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Math Help - Really hard Volume Question. Can someone help please?

  1. #1
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    Really hard Volume Question. Can someone help please?

    Can someone help me with this question? I don't know where to begin.

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  2. #2
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    Quote Originally Posted by s3n4te View Post
    Can someone help me with this question? I don't know where to begin.

    We'll find the cross sectional area and multiply by L. If we assume that the circle is centered at the origin then it has the equation

    x^2+y^2 = R^2

    so the area can be found by (we'll use some symmetry)

    2\int_{-R}^{R} \sqrt{R^2-y^2}\; dy

    This gives \pi R^2 but we're not going all the way up, just to a height h from the bottom or h-R from the origin so

    2\int_{-R}^{h-R} \sqrt{R^2-y^2}\; dy,

    The volume is then

    V = 2L\int_{-R}^{h-R} \sqrt{R^2-y^2}\; dy.
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  3. #3
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    I might be wrong but I think you made a small mistake because your limits of integration don't make sense. It's negative h for the bottom half and then h for the top half. Again, I'm kinda nooby at calculus so I might be wrong...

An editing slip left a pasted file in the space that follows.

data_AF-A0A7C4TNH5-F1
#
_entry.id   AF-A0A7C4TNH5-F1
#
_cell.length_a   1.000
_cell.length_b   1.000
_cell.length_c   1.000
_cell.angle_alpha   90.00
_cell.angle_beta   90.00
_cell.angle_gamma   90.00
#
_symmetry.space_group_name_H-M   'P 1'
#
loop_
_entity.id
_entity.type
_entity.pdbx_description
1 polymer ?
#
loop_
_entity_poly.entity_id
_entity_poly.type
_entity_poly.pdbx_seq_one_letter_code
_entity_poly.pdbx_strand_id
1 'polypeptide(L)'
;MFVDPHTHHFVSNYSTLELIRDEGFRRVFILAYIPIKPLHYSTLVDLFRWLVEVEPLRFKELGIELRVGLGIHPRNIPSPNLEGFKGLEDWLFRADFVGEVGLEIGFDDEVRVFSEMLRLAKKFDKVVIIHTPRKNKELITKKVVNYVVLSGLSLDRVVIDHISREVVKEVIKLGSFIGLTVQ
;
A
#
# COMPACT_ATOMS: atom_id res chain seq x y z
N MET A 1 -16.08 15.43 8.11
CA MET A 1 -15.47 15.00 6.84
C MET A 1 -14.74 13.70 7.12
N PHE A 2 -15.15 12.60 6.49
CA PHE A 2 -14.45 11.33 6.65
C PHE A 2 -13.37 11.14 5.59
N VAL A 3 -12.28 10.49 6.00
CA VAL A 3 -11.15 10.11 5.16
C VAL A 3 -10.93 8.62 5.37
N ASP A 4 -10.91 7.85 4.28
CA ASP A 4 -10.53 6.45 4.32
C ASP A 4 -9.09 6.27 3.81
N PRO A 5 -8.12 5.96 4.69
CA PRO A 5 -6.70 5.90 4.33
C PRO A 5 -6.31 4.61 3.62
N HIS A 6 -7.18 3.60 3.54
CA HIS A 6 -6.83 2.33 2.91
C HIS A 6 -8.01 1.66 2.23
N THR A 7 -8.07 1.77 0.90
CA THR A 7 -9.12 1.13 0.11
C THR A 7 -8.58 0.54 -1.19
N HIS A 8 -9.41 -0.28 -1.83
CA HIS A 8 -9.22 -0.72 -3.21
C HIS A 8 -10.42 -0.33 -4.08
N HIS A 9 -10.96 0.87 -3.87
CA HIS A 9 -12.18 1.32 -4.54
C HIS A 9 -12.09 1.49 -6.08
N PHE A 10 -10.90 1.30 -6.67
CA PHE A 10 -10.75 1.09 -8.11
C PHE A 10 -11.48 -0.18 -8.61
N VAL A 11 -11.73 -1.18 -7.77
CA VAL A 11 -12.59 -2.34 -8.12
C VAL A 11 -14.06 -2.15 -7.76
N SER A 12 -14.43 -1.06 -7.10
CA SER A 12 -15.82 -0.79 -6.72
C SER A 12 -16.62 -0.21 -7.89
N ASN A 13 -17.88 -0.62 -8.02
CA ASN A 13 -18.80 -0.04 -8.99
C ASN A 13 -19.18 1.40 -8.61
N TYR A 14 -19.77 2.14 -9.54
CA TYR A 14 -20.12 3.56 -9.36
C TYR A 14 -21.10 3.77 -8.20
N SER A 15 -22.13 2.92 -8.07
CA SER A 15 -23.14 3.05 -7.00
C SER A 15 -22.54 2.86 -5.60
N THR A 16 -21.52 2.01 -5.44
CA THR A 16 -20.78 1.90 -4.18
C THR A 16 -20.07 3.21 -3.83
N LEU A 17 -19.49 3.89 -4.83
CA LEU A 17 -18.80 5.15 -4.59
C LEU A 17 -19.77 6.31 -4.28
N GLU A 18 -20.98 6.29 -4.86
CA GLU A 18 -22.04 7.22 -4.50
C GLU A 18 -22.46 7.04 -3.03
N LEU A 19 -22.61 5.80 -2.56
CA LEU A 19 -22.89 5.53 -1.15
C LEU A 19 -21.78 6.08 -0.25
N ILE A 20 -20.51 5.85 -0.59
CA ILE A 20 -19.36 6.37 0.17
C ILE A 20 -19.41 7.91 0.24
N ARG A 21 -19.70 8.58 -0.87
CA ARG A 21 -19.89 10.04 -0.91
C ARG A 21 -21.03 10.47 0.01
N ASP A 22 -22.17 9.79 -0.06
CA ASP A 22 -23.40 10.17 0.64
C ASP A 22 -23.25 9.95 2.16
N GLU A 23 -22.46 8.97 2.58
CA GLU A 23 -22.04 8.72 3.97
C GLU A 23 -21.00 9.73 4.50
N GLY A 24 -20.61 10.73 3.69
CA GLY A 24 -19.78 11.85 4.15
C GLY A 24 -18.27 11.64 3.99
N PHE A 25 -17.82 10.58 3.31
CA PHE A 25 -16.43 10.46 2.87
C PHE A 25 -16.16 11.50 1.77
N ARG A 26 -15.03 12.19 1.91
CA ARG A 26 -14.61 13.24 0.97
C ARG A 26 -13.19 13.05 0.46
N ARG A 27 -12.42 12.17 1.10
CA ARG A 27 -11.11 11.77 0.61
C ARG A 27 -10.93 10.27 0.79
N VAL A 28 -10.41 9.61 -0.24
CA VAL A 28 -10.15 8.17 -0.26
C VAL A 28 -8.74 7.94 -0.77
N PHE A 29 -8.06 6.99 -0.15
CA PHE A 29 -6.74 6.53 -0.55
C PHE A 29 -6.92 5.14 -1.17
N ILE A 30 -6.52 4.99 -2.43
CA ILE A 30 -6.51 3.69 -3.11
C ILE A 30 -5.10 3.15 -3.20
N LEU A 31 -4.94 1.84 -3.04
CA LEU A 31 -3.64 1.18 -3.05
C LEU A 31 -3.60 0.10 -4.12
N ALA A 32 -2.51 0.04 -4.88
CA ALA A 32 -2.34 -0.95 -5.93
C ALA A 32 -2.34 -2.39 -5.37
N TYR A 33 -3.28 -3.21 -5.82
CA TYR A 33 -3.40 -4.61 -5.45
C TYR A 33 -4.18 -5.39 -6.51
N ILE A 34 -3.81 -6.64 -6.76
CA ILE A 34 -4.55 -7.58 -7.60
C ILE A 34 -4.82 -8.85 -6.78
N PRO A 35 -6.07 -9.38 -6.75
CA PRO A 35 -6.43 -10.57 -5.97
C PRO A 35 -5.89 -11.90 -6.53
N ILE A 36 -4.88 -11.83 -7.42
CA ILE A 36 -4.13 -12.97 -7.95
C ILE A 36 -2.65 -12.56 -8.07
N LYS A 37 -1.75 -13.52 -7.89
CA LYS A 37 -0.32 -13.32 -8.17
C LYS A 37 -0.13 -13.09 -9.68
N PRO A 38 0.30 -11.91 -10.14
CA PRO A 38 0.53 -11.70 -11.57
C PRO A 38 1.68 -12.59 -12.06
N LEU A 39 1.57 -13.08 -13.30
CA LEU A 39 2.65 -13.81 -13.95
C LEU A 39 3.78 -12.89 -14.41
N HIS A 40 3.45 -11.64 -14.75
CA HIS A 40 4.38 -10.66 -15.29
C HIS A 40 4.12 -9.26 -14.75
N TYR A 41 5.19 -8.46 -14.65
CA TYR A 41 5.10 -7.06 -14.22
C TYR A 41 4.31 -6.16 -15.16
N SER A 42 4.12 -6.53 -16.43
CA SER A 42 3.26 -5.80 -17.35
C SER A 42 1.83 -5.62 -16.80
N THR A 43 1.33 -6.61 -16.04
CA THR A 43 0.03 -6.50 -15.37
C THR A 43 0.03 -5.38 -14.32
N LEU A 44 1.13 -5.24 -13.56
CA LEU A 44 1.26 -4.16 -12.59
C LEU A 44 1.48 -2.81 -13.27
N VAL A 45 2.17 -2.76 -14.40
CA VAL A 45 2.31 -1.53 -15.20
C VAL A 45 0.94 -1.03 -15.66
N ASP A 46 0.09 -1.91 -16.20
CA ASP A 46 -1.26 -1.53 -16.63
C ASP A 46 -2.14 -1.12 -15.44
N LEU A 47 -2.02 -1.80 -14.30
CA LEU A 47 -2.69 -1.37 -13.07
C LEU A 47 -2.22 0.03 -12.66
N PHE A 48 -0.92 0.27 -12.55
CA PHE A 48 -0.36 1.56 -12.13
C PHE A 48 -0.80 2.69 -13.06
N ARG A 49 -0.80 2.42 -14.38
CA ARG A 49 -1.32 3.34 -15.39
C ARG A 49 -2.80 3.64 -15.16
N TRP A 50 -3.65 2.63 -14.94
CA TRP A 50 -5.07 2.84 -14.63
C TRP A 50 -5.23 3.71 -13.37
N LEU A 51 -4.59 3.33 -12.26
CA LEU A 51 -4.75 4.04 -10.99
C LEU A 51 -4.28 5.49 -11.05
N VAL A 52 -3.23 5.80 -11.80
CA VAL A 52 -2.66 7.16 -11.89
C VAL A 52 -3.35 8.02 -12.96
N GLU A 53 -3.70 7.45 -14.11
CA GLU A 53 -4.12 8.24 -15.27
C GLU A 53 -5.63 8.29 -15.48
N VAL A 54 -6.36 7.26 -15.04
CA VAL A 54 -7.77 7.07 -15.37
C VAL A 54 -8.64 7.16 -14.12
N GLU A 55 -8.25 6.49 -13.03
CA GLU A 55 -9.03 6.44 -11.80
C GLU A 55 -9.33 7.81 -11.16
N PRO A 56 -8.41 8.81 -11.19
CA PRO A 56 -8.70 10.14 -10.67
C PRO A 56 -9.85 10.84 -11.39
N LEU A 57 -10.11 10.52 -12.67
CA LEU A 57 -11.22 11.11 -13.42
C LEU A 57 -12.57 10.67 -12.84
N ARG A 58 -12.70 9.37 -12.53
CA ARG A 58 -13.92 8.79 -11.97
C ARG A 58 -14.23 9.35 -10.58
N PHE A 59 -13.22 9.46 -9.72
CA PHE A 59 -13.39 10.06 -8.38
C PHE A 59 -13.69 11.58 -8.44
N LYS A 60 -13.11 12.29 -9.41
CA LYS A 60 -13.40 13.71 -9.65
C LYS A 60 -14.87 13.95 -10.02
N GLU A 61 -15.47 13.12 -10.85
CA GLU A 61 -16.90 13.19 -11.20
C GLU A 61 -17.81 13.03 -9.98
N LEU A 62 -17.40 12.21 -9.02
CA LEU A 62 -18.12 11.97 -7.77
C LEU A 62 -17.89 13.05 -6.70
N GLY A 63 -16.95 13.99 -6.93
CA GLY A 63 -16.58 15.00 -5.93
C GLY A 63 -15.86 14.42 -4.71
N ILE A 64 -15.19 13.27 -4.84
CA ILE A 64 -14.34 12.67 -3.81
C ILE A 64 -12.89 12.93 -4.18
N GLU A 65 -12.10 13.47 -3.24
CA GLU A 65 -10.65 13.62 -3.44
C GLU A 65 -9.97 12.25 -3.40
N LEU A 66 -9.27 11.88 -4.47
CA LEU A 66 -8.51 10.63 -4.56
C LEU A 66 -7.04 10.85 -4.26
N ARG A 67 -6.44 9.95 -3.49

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  4. #4
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    Quote Originally Posted by Kaitosan View Post
    I might be wrong but I think you made a small mistake because your limits of integration don't make sense. It's negative h for the bottom half and then h for the top half. Again, I'm kinda nooby at calculus so I might be wrong...
    Well, let's think about it. h is a measure from the bottom of the cylinder to some height h. If h = 0 then

    <br />
V = 2L\int_{-R}^{-R} \sqrt{R^2-y^2}\; dy = 0<br />

    If h > 0 then h-R > -R so even if h < R then h-R > -R. Consider the case where h = R (the bottom half of the circle)

    <br />
V = 2L\int_{-R}^{0} \sqrt{R^2-y^2}\; dy = \left. \frac{y \sqrt{R^2 -y^2}}{2} + \frac{R^2}{2} \sin^{-1} \frac{y}{R} \right| _{-R}^0 = 2L \cdot \frac{\pi R^2}{4} = \frac{\pi R^2 L}{2}<br />
    which is the area of half a circle times L.
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